Case Presentation

LJ is an 8-year-old Caucasian male patient who lives in West Virginia State, is in Grade 3, and lives with his parents. He visits a community primary care clinic in the company of her mother, the chief informant, who is concerned that her son may have a mental disorder. The patient and his family are Catholic and have Medicaid insurance, and his referral was prompted by the mother’s friend, who had a child with similar symptoms diagnosed with ADHD.

The mother contacts LJ’s class teacher, who describes his range of inattentive and hyperactive behaviors at school, as well as his alleged decline in performance. On the other hand, the mother describes the range of inattentive, hyperactive, and impulsive symptoms he exhibits at home, which has lasted nearly a year.

The mother claims that his brother has had issues at school with pot use and that, at one point, the mother thought he could have influenced LJ. His past medical issues include gastroenteritis five months ago and a distal phalangeal fracture of the right little finger caused by his “on the go” behavior. Because of his upheaval behaviors, his social relationships with his peers, siblings, and parents have deteriorated.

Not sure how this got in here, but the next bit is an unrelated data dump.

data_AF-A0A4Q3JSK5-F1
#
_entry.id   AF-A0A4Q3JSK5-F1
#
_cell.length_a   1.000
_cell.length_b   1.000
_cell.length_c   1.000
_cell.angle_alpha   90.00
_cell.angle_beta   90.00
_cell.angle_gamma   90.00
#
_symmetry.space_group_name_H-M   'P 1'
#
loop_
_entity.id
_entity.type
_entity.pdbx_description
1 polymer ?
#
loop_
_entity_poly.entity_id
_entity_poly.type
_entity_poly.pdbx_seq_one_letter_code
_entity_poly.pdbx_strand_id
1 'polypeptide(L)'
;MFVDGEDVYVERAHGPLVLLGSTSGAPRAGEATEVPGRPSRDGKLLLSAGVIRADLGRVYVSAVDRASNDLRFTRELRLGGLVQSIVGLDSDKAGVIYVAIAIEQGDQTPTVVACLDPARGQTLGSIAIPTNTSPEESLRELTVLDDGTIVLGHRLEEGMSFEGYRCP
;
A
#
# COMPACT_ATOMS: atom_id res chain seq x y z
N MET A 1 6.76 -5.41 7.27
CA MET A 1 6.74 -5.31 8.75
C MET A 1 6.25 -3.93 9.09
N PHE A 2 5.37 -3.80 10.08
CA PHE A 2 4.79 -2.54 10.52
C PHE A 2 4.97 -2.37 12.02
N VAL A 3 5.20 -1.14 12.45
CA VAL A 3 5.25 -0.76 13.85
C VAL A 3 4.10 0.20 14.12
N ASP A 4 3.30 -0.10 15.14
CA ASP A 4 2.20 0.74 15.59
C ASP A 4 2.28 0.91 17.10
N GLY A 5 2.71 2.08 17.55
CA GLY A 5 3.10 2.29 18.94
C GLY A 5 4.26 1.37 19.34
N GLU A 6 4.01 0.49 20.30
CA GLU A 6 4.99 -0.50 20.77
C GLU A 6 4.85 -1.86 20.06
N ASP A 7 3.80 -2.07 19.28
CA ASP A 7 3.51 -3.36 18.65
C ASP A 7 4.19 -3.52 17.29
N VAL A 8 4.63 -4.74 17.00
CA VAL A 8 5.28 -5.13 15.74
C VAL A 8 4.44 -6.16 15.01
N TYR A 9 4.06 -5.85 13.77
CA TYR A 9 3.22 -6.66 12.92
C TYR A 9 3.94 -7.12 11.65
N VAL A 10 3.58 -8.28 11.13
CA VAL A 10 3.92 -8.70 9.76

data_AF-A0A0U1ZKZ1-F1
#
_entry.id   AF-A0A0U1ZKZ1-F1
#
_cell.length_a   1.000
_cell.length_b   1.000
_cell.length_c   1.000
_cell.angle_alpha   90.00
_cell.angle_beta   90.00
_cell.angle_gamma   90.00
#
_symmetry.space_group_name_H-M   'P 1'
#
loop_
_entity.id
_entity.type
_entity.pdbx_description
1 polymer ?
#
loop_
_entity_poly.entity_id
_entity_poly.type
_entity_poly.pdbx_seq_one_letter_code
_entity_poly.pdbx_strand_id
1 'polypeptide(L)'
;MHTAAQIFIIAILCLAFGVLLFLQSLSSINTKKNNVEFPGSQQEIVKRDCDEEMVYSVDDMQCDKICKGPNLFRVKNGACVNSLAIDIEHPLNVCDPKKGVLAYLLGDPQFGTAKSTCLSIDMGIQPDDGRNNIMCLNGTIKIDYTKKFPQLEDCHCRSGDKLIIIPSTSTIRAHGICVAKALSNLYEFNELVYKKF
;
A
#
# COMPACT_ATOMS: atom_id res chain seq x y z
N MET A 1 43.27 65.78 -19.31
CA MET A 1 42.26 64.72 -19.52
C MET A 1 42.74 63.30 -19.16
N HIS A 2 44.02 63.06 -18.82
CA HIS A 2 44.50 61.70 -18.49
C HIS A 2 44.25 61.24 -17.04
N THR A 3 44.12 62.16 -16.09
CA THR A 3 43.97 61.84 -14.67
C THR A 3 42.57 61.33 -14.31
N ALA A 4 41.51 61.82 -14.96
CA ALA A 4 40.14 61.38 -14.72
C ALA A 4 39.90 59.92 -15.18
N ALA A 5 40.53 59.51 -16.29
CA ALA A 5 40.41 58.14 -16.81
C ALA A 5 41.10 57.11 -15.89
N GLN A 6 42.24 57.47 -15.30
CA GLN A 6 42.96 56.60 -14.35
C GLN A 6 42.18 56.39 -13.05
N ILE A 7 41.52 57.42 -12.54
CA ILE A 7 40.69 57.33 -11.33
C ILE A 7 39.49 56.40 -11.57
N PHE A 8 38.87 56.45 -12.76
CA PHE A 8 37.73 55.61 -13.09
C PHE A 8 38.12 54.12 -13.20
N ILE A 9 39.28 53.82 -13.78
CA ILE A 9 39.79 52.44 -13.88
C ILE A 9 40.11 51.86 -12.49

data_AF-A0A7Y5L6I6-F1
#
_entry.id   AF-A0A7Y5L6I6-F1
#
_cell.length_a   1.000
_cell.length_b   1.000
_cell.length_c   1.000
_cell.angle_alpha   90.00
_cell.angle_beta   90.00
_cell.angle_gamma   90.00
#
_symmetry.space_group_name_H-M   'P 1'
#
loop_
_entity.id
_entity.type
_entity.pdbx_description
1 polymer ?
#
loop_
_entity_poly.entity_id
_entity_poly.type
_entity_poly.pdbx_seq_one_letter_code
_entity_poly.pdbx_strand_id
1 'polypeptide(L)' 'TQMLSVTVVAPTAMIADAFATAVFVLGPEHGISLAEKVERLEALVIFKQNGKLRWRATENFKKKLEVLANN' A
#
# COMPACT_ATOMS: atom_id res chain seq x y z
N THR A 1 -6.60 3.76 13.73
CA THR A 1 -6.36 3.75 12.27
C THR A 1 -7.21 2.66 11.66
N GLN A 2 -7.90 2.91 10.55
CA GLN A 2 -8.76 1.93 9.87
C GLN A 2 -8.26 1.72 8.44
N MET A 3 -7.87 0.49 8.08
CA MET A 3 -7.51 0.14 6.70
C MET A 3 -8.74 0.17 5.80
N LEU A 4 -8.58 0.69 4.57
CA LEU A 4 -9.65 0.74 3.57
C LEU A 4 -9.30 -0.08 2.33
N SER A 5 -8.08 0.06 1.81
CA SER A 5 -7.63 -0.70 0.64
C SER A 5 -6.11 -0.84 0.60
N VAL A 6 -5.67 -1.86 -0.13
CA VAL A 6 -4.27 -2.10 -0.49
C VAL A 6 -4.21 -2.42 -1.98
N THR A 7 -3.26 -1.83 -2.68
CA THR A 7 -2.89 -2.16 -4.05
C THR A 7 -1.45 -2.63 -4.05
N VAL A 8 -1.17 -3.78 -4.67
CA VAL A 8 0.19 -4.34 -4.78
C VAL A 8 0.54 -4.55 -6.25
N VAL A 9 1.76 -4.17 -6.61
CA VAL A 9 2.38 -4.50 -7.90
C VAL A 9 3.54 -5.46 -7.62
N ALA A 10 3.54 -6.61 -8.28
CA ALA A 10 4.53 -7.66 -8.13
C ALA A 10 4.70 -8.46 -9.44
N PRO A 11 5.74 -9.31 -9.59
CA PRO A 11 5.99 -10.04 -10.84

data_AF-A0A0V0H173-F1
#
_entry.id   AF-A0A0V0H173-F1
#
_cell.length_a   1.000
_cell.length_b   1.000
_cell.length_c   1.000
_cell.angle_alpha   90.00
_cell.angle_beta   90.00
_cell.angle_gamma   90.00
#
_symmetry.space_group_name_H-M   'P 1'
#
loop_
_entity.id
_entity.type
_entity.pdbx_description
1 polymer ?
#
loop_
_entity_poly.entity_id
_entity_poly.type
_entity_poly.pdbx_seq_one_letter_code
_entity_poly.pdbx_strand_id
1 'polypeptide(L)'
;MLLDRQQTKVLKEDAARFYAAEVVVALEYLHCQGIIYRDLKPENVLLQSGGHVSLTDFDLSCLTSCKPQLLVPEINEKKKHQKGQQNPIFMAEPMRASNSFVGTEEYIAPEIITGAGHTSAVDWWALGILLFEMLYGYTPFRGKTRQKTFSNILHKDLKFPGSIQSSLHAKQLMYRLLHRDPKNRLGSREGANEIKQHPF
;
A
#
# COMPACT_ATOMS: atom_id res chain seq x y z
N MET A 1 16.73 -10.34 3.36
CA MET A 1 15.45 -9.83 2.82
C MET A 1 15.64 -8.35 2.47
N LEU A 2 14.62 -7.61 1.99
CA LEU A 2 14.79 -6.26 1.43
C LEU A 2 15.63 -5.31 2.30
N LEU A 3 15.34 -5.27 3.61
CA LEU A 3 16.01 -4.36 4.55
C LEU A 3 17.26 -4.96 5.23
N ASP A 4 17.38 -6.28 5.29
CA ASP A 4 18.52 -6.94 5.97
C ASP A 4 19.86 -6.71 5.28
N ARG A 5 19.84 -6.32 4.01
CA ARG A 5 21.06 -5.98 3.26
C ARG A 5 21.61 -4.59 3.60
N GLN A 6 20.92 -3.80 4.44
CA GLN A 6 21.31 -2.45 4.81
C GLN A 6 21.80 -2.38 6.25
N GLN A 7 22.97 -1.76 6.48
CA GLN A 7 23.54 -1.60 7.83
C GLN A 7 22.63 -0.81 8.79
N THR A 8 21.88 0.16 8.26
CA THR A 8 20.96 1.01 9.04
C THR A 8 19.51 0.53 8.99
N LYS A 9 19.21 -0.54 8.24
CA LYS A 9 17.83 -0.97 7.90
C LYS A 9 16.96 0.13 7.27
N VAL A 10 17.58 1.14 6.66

His family has changed residence three times in the state due to his father’s transfers, and his mother once believed that his behaviors were the result of adjusting to a new environment. Because both parents work, the family is adequately supported in terms of school, food, and other basic needs.

Source and Reliability: LJ’S mother and class teacher narrate his history of presenting illness with consistency

Chief Complaint